If you want the best halibut you'll ever eat, follow these 6 cooking tips

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Halibut is one of the most popular types of fish out there. Its hearty white meat makes it perfect for dipping in batter so one can enjoy fish and chips, but it's also beautiful seared only in its own glory. The problem with halibut is that it's really easy to overcook. When that happens, the fish will become quite dry and unappetizing.
Luckily, there are a few tips and tricks you can use to lock in the moisture of the fish and enjoy that gorgeous piece of halibut. Check them out below and never again let halibut — or its quick cooking time — intimidate you. And if you're new to cooking halibut, get excited about it; you're in for a real treat!
1. Marinate halibut
Any time you marinate something, it's going to be juicier and more flavorful, and that holds true for halibut too. Most marinades have some type of liquid at its base, and as halibut absorbs that moisture, it can hang onto it throughout its cooking time and that will help prevent it from going dry. You can create a marinade out of just about anything, but there's one go-to avid cooks know pairs very well with halibut. That's good old bottled Italian dressing.
2. Dip it in beer batter
Fish and chips is just good old comfort food. You can tell yourself you're eating healthy, but with that crave-worthy crispy batter surrounding it, so you won't feel like you're eating healthy. There are many good kinds of batter for fish, but the best kind by far is beer batter.
To make a simple beer batter, whisk together one cup of all-purpose flour, one teaspoon of baking powder, and 1 teaspoon of salt. Once combined, add in the juice of one lemon and one bottle of dark beer — the darker ones have more flavor. Whisk it all together, and then dip your pieces of halibut in and fry them in a 375 degree Fahrenheit deep-fryer. A large pot filled about halfway with vegetable or peanut oil can also take the place of a deep-fryer for those who don't have one.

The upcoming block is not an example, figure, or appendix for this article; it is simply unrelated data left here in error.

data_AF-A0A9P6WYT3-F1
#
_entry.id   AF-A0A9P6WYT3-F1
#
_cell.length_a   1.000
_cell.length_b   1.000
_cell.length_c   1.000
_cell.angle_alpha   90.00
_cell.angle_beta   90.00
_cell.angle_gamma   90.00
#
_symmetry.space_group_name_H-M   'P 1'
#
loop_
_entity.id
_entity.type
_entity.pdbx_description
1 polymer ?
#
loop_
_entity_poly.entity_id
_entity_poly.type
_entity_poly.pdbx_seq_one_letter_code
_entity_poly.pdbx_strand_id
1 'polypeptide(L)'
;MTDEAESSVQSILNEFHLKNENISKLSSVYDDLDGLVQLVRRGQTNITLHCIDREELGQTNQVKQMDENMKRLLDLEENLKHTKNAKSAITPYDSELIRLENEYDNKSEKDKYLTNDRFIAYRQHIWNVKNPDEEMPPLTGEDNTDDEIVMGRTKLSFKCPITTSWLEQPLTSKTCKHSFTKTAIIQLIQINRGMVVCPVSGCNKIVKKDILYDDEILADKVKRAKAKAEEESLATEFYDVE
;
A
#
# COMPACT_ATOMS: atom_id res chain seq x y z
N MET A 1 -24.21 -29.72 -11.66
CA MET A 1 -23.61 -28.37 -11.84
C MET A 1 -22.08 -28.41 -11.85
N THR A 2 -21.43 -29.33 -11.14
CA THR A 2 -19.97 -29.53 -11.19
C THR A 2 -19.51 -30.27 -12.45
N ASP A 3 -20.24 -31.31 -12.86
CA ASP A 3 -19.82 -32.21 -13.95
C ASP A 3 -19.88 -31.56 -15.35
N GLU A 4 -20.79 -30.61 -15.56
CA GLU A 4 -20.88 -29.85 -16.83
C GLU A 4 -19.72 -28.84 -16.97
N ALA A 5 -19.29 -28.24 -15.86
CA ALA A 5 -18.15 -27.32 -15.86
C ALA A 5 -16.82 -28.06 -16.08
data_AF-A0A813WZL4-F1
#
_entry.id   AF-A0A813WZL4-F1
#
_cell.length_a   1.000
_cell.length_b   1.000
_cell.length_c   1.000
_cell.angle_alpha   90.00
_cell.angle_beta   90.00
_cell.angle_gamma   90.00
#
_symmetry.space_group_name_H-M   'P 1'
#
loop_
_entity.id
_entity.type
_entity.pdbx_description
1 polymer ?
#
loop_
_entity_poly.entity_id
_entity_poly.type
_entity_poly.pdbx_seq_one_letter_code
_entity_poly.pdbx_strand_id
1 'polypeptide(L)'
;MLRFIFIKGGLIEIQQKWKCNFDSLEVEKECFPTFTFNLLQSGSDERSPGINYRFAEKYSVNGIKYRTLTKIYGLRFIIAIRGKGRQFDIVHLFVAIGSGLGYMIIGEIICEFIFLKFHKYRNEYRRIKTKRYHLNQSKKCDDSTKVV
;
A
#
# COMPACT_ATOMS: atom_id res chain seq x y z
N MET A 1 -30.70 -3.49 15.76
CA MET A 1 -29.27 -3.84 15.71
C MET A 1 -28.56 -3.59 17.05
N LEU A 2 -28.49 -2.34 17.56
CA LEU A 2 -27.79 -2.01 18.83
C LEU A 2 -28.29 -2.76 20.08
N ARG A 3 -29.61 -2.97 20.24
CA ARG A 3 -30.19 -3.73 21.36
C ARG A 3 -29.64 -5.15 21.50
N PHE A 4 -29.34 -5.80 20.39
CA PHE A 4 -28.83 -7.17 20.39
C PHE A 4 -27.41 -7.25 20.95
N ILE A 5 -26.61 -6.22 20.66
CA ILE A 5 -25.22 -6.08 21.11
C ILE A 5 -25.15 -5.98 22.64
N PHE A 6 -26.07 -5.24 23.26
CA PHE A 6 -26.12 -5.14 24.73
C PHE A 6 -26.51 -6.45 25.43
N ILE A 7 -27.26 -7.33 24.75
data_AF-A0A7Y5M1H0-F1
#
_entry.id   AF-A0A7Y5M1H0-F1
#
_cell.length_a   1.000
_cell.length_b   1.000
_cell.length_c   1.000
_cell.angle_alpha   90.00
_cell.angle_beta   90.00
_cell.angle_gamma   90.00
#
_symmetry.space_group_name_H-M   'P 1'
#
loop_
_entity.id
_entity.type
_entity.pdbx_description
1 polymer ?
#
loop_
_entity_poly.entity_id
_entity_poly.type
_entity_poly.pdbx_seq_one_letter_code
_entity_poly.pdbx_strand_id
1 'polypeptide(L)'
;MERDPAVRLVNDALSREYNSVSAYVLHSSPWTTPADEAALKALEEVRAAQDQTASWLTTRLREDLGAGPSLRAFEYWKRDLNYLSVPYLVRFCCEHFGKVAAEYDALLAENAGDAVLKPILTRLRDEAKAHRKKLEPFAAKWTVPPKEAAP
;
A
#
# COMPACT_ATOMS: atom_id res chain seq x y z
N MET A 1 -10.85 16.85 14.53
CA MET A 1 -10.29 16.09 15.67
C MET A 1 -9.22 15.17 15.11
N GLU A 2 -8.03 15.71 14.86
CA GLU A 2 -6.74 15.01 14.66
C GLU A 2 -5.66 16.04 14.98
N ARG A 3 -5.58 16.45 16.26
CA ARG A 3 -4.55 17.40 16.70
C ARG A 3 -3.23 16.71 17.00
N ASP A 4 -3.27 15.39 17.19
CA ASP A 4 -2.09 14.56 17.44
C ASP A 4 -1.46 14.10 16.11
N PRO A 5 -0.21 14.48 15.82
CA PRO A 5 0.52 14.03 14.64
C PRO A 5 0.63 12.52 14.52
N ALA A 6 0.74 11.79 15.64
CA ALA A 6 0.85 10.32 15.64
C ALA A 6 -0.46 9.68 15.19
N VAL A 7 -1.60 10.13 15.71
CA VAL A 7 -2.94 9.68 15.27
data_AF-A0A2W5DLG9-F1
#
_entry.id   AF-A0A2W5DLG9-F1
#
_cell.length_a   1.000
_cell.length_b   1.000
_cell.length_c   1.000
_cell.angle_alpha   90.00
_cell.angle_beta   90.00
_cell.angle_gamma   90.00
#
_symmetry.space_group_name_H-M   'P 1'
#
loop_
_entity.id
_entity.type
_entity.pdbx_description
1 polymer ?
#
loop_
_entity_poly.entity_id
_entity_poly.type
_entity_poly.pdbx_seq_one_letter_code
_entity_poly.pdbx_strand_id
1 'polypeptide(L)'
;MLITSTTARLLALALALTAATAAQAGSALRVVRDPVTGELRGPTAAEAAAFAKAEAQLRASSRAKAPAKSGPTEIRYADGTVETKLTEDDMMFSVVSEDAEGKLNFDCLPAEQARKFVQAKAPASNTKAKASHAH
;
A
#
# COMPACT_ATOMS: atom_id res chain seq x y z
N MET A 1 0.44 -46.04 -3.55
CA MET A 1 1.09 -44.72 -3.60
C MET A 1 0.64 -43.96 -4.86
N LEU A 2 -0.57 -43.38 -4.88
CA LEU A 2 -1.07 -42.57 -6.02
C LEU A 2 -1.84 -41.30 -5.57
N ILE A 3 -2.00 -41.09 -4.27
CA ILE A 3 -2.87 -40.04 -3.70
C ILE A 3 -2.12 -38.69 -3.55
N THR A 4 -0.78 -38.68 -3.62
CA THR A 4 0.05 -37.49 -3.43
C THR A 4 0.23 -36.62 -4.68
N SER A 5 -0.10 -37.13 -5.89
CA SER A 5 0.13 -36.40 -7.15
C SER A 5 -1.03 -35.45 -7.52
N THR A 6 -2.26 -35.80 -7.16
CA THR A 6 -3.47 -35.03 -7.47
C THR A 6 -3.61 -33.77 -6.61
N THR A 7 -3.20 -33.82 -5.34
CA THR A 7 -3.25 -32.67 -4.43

3. Coat halibut
Panko, or even plain bread crumbs or flour, can do great things when you're trying to keep halibut moist. They create a barrier between the fish and the direct heat, which allows the fish to stay moist and juicy. As that coating cooks, it also traps all those juices inside, meaning they won't leak out all over your frying pan or baking sheet.
To coat halibut in panko, you can simply press it into the fish or you can set up a standard breading station with flour, eggs, and panko. Adding a little Parmesan cheese and lemon zest into the panko can also give halibut a little bit of pop. When dredging the halibut in flour, simply place the fish in flour and turn to entirely coat. Hold it up to shake off the excess, and then pan-fry it in oil and butter.
4. Cook it in parchment
'En papillotte' is a fancy French term for fish that's been cooked in parchment paper. It's such a simple technique to use, and because the fish is once again wrapped in something, it creates more of a gentle heat for the fish and helps it retains its juices so you get moist fish.
To wrap halibut in parchment paper, simply lay a piece of parchment paper on a work surface. Add the halibut, vegetables such as bell peppers, julienned carrots, or thinly sliced red onions. When adding vegetables, just remember to cut them small, as they won't be in the oven for very long so they'll need to be able to cook through quickly.
Drizzle the entire thing with a little bit of olive oil, lemon juice if desired, and season with salt and pepper. Bring the sides and ends of the parchment paper together to form a little packet that the fish now sits in. Crumple the edges you've brought up around the fish together to hold them tight while cooking, and then just place the entire thing into the oven. Cooking times will vary depending on your oven and the size of the fish, but typically it will only need 15 minutes to cook in a 375 degree Fahrenheit oven.
5. Know how to grill it
If you place halibut on a screaming hot grill, the chances are very good that it's going to stick to the grates and leave you with little bits and pieces of fish. Instead, place the halibut inside a metal grill basket. These little tools are kind of like screens you can place your food into so it doesn't stick or fall down the grates. Brush the halibut with oil or butter to give it some more flavor before placing it into the hinged wire grill, and then place it over hot coals or burners for about five minutes per side. Your fish will not only be flavorful when it comes off the grill, but it will also still be in one piece too!
6. Eat the cheeks!
Halibut is good, but the best part of the fish hands-down is the halibut cheeks! These are found exactly where you think you would find them: on the face. They are each about the size of a scallop and can be cooked any way you'd cook any other part of the fish, but batter isn't recommended. This isn't because it wouldn't work well, but because the cheeks are so good that you'll want to let them be the star of the show!
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